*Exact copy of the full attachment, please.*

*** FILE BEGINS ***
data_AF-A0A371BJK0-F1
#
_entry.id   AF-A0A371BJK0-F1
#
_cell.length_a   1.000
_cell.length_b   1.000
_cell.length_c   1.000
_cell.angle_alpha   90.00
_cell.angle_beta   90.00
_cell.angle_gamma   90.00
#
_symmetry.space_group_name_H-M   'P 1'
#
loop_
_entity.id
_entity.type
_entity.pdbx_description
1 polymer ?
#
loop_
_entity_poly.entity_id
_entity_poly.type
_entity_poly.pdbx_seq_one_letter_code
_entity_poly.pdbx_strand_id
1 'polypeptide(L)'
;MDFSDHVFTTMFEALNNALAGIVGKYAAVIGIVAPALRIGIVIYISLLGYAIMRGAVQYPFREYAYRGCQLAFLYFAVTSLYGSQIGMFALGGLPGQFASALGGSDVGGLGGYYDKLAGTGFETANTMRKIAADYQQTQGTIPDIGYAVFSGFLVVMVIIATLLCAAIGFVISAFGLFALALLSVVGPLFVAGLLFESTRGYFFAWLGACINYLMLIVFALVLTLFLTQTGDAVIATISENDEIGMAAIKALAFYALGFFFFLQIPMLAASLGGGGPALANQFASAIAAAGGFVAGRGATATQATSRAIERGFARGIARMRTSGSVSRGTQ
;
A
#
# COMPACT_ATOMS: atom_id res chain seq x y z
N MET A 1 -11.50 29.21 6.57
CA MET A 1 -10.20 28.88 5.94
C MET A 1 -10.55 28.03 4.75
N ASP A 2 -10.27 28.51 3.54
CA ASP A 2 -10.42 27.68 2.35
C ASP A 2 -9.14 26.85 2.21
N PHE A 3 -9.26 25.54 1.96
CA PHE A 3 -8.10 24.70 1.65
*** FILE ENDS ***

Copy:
data_AF-A0A371BJK0-F1
#
_entry.id   AF-A0A371BJK0-F1
#
_cell.length_a   1.000
_cell.length_b   1.000
_cell.length_c   1.000
_cell.angle_alpha   90.00
_cell.angle_beta   90.00
_cell.angle_gamma   90.00
#
_symmetry.space_group_name_H-M   'P 1'
#
loop_
_entity.id
_entity.type
_entity.pdbx_description
1 polymer ?
#
loop_
_entity_poly.entity_id
_entity_poly.type
_entity_poly.pdbx_seq_one_letter_code
_entity_poly.pdbx_strand_id
1 'polypeptide(L)'
;MDFSDHVFTTMFEALNNALAGIVGKYAAVIGIVAPALRIGIVIYISLLGYAIMRGAVQYPFREYAYRGCQLAFLYFAVTSLYGSQIGMFALGGLPGQFASALGGSDVGGLGGYYDKLAGTGFETANTMRKIAADYQQTQGTIPDIGYAVFSGFLVVMVIIATLLCAAIGFVISAFGLFALALLSVVGPLFVAGLLFESTRGYFFAWLGACINYLMLIVFALVLTLFLTQTGDAVIATISENDEIGMAAIKALAFYALGFFFFLQIPMLAASLGGGGPALANQFASAIAAAGGFVAGRGATATQATSRAIERGFARGIARMRTSGSVSRGTQ
;
A
#
# COMPACT_ATOMS: atom_id res chain seq x y z
N MET A 1 -11.50 29.21 6.57
CA MET A 1 -10.20 28.88 5.94
C MET A 1 -10.55 28.03 4.75
N ASP A 2 -10.27 28.51 3.54
CA ASP A 2 -10.42 27.68 2.35
C ASP A 2 -9.14 26.85 2.21
N PHE A 3 -9.26 25.54 1.96
CA PHE A 3 -8.10 24.70 1.65